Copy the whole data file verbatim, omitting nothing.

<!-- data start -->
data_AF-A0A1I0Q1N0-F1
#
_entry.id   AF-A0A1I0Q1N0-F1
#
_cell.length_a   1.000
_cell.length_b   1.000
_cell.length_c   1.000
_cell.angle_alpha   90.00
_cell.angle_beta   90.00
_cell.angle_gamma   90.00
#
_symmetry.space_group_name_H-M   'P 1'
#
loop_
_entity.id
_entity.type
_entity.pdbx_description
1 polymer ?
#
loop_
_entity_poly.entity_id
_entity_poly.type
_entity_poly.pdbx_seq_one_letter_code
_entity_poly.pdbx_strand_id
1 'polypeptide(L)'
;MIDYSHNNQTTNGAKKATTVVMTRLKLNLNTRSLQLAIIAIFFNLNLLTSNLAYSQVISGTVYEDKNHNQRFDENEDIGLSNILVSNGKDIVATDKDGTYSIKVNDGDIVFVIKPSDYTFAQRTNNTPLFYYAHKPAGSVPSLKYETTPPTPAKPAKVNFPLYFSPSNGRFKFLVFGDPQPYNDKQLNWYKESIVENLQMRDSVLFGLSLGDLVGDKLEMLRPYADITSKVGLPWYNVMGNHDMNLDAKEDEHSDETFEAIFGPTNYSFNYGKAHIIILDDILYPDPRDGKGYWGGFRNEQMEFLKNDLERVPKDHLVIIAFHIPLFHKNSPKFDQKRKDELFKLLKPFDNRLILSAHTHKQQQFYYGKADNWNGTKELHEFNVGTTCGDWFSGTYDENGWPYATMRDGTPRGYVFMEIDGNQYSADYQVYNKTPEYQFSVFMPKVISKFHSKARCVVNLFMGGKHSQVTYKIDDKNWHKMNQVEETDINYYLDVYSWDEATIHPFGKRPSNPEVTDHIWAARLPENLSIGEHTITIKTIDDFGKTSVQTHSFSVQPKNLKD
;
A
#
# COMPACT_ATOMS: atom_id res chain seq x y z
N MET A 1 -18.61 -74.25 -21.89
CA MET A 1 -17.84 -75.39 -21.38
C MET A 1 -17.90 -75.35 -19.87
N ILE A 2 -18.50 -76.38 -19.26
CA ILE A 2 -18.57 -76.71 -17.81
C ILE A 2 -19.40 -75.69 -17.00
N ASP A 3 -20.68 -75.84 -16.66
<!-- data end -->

data_AF-A0A1I0Q1N0-F1
#
_entry.id   AF-A0A1I0Q1N0-F1
#
_cell.length_a   1.000
_cell.length_b   1.000
_cell.length_c   1.000
_cell.angle_alpha   90.00
_cell.angle_beta   90.00
_cell.angle_gamma   90.00
#
_symmetry.space_group_name_H-M   'P 1'
#
loop_
_entity.id
_entity.type
_entity.pdbx_description
1 polymer ?
#
loop_
_entity_poly.entity_id
_entity_poly.type
_entity_poly.pdbx_seq_one_letter_code
_entity_poly.pdbx_strand_id
1 'polypeptide(L)'
;MIDYSHNNQTTNGAKKATTVVMTRLKLNLNTRSLQLAIIAIFFNLNLLTSNLAYSQVISGTVYEDKNHNQRFDENEDIGLSNILVSNGKDIVATDKDGTYSIKVNDGDIVFVIKPSDYTFAQRTNNTPLFYYAHKPAGSVPSLKYETTPPTPAKPAKVNFPLYFSPSNGRFKFLVFGDPQPYNDKQLNWYKESIVENLQMRDSVLFGLSLGDLVGDKLEMLRPYADITSKVGLPWYNVMGNHDMNLDAKEDEHSDETFEAIFGPTNYSFNYGKAHIIILDDILYPDPRDGKGYWGGFRNEQMEFLKNDLERVPKDHLVIIAFHIPLFHKNSPKFDQKRKDELFKLLKPFDNRLILSAHTHKQQQFYYGKADNWNGTKELHEFNVGTTCGDWFSGTYDENGWPYATMRDGTPRGYVFMEIDGNQYSADYQVYNKTPEYQFSVFMPKVISKFHSKARCVVNLFMGGKHSQVTYKIDDKNWHKMNQVEETDINYYLDVYSWDEATIHPFGKRPSNPEVTDHIWAARLPENLSIGEHTITIKTIDDFGKTSVQTHSFSVQPKNLKD
;
A
#
# COMPACT_ATOMS: atom_id res chain seq x y z
N MET A 1 -18.61 -74.25 -21.89
CA MET A 1 -17.84 -75.39 -21.38
C MET A 1 -17.90 -75.35 -19.87
N ILE A 2 -18.50 -76.38 -19.26
CA ILE A 2 -18.57 -76.71 -17.81
C ILE A 2 -19.40 -75.69 -17.00
N ASP A 3 -20.68 -75.84 -16.66